- Coalition could axe 17,000 public sector jobs
- Jack Waterford opinion: Hockey is set to wield the knife
The Abbott government may have to find more than a billion dollars to pay for public sector redundancy payouts by 2017.
And with Treasurer Joe Hockey promising more cost-cutting, the price could climb even higher.
Tuesday's Mid-Year Economic and Fiscal Outlook (MYEFO) contained a commitment to funding golden handshakes for up to 14,473 bureaucrats who Mr Hockey says will lose their jobs because of budget measures taken by his Labor predecessors.
The MYEFO data also suggests the broader Commonwealth government workforce, which includes military personnel and other federal workers as well as public servants, could shrink by up to 17,000 in three years.
But the government paid out $261 million to departing public sector workers in the 2012-13 financial year, and it will have to exceed that figure in each of the four forward estimates years to fund the cuts.
The MYEFO documents say the Finance Department will pay for redundancies in ''selected agencies'' in 2013-14 and 2015-16 but the full figures for new money to be spent on payouts are marked ''not for publication''.
The documents also contain Treasury's underlying predictions of ''separations and redundancies'' at $77 million in 2013-14 and $133 million over the remaining three ''out years''. But an analysis by Fairfax Media reveals that Treasury has a history of grossly underestimating the annual payment bill for discarded public-sector workers.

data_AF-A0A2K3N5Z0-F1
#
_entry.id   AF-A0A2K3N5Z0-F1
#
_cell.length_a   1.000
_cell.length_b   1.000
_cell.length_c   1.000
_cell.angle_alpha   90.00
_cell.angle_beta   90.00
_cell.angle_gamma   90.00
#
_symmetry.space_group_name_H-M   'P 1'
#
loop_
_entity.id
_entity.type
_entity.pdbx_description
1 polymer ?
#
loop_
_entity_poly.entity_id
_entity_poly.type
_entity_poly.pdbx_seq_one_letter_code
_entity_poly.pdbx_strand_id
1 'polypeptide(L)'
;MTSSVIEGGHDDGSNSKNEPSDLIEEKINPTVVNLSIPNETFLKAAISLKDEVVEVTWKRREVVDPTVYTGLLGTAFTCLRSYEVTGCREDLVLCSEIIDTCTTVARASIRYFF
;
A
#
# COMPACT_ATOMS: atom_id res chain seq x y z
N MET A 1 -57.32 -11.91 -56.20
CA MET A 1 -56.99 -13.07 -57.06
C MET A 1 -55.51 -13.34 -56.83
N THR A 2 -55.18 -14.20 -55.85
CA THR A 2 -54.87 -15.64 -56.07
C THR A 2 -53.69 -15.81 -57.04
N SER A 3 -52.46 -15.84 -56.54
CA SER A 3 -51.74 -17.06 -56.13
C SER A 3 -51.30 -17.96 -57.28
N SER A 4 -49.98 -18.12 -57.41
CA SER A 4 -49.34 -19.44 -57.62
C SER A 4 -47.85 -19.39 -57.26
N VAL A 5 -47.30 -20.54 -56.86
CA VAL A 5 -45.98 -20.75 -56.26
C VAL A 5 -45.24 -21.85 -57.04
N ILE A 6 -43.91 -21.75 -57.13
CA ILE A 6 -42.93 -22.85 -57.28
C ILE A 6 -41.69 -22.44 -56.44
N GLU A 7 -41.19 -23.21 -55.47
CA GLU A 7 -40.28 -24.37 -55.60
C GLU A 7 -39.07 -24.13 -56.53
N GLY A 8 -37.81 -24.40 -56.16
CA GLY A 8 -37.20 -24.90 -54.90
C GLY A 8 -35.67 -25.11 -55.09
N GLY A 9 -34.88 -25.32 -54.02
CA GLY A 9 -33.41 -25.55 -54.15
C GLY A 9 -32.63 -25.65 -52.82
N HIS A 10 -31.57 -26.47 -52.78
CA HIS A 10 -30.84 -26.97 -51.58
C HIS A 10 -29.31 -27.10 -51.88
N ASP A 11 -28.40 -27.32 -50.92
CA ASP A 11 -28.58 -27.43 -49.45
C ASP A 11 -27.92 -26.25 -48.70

In 2011-12, when the public service was still growing, Treasury predicted a payout bill of $57 million, but eventually paid out $234 million. The year before it paid $169 million in golden handshakes, despite forecasting $52 million.
In his speech in Canberra on Tuesday, Mr Hockey said he regarded the cost of separations of 14,473 public servants as an unfunded Labor decision that had superseded his party's election promise to cut the service by 12,000. ''Further expenditure includes provision for the unfunded redundancies associated with the reduction of the Australian Public Service by 14,473 staff,'' Mr Hockey said. ''This was a decision taken but never announced by the previous government and, of course, it was never properly funded.''
But Mr Hockey said the extent of the bloodletting in government departments might not have been fully revealed.
''Ministers are scrupulously reviewing their portfolios and getting on with the task of implementing the plans we took to the election,'' he said. ''The Expenditure Review Committee is already meeting and forensically examining every proposal to ensure it will achieve its aims.
''We have put in place a commission of audit tasked with designing a program that helps government live within its means.
''We have already started this process of change by abolishing over 20 government agencies, where activities are no longer needed or can be managed within existing departmental resources. But there is scope for much more.''
According to the Treasury's MYEFO papers, decisions on payouts would be made department by department.
''Funding will be provided following an agency-by-agency assessment of the need for funding to reduce staffing levels and to avoid operating losses and place them on a sustainable financial footing,'' the midyear review papers state.
''Funding for this measure is not for publication while assessments are undertaken.''